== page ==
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Discussion Starter · #1 ·
There is no section in the livestock for lama's.
What do you do with them?
Do they give milk?
Do you eat them?
They don't look big enough to ride, (maybe they can pull a cart)
Rock
 

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There is no section in the livestock for lama's.
What do you do with them?
I always say that the mule,llama and gander are the three barnyard animals that will die before they will learn to respect you.
(Ok, the gander learned after being punted across the yard a few times after making the mistake of biting me.):nono:
 

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Rock,

Llama's are good pack animals, and herd protectors. I bet they eat them in South America, but not sure anyone around here eats them. Milking a llama would be quite a skill to learn. If you get the hang of it, write a book.

We had a llama until a few days ago, we gave her away. She was a little mean to our nubian buck so she had to go. My wife was able to break the llama to lead and this one never actually spit at any of us. We used her as a candy packer in the local 4-H parade. Really a neat animal once you learn how to act and react around them.
 

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Expensive pasture decoration.
Not anymore as you can find them for less than $100 now. They make good guards for livestock. Their fiber is good for people that spin. They are good for packing & also pull carts if trained properly.
 

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I'll admit I ended up with 3 Alpaca's, cheap. They needed a home. Their fiber/fleece is a handspinners dream.
I was planning to show their fleece at the county fairs, like I used to do with the sheep I raised in the past.

If you look into Llamas or Alpaca's make sure they are easy to catch,well halter trained and you can handle their feet for trims.
Other wise they can make a rank bull seem tame.

Not all Llamas guard. If you have sheep make sure any male has been gelded at least 8 months, Please don't ask me how I know.

You are right, they are not big enough for adults to ride but I have seen them trained to cart.

They are clean animals.. will like to put their manure in one area but you need to keep it clean. Manure is good for the kitchen garden and they sure make a lot of it.
Though I still think horse manure is the best for a great garden.

If you like nice fiber they make great animals to have. Basically think of them as giant sheep, that the average predator is a little less likely to mess with.
Been around enough Camelids,, llamas/alpacas, to not want to mess with milking them. Though I know they do with Camels. Theres an animal, no strange person or predator is going to mess with. LOL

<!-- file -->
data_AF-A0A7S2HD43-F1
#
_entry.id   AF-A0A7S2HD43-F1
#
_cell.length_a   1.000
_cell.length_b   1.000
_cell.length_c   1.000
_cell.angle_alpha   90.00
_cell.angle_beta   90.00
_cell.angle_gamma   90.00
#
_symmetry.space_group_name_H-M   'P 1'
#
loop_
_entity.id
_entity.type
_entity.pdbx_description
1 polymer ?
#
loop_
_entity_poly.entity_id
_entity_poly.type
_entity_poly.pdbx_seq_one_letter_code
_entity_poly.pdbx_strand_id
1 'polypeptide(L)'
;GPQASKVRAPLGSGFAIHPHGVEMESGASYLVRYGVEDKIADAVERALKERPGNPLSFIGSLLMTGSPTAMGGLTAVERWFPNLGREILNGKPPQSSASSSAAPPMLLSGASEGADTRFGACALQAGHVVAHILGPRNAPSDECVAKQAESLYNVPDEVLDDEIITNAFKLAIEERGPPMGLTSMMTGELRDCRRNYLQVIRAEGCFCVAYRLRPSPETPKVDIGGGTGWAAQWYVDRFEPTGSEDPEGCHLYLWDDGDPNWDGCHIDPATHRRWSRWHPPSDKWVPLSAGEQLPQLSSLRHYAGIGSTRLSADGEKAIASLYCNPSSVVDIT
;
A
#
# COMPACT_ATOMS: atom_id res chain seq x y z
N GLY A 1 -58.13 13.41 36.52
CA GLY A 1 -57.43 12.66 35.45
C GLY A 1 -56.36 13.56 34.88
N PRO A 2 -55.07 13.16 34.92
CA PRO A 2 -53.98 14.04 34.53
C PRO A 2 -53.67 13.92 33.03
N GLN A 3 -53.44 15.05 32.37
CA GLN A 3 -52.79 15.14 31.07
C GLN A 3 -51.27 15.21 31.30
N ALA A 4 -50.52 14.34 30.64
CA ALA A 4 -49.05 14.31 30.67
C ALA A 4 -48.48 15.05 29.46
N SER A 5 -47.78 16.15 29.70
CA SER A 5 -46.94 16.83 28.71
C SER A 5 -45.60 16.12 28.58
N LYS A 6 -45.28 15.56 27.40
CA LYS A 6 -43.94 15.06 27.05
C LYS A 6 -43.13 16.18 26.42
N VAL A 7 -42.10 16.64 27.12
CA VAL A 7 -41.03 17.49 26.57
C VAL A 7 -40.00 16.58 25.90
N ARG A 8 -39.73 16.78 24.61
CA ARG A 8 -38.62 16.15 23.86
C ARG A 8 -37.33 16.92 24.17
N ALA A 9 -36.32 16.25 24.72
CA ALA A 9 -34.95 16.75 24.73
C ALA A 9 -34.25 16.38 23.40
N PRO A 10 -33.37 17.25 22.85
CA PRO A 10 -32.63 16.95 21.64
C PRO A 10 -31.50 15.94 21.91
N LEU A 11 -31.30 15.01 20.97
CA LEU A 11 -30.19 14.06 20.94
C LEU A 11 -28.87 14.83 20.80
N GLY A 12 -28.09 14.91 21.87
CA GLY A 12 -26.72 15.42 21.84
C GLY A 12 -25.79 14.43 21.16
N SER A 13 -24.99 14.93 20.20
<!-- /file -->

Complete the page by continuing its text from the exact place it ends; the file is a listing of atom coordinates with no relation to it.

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I have Tony Lamas....I wear them.
 

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neighbor has a bunch of Llamas for flock protection, he loses almost as many lambs as we do! there is a good Llama that protects and does not take much to feed but must be treated with respect!
 

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Expensive pasture decoration.
Friends of ours have 18 llamas. The 1st ones they bought for $1800/@! Now they have "Llama Sales" several times a year & can sell one or 2 for about $300/@
Pretty animals but skiddish. Our friends don't take care of them as far as grooming & I feel sorry for them in the TX heat.

Patty
 

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I was surprised to find quite a few Llamas right around the Phoenix area, that long hair can also protect them from the heat as well as insulating them from the cold.
We had Llama Pack races on one of the mountains just South of the valley, South Mountain. Very neat to be a part of that. And the first time I went to one of their meetings, The Southwest Llama association 2 people came to the meeting with Llamas in the back seat of their car~! I KNEW right then and there I was going to get along just great with this group.~! As you look at my avatar. lol
 

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Llama's make good pack animals. As far as livestock guarding goes, you should have one or two gelded males. Any more and they tend to stick together and ignore the flock they are supposed to be protecting. They do however "hate" dogs and have a nasty kick. A couple of coyotes can take down a single llama.

Their wool is only fair for spinning, it is coarser than alpaca and not much in demand. Though alpaca fleece is wonderful the market is flooded and hard to get rid of. Alpacas are not guard animals.

I have never heard of anyone milking a llama. If you decide to do it let me know, I want to come over and watch.
 

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Discussion Starter · #15 ·
They do seem to get ate in S.America, but I don't find any cooking instructions.

I think the price of them is like the Ostrich thing, when they are New and exotic, the price is crazy. They paid $75K for a breeding trio at the local Ostrich ranch, 2 years later, they were 3-5K and the place was bankrupt.
Rock
 

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Yes, of course, they are the current trendy animal, but the curve has already turned down.

Most meats cook the same. Roasts, stew, etc. Any recipe for sheep or cabrito should work the same for llama or donkey or nutria.
 

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I bet they eat them in South America, but not sure anyone around here eats them.
A friend of ours had a llama in with his horses, the nastiest, meanest thing you ever saw. So he shot it, and turned it into sausage. I heard it was pretty good.
 

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Well, alot of people do respect the Dalia Lama *grin*
 
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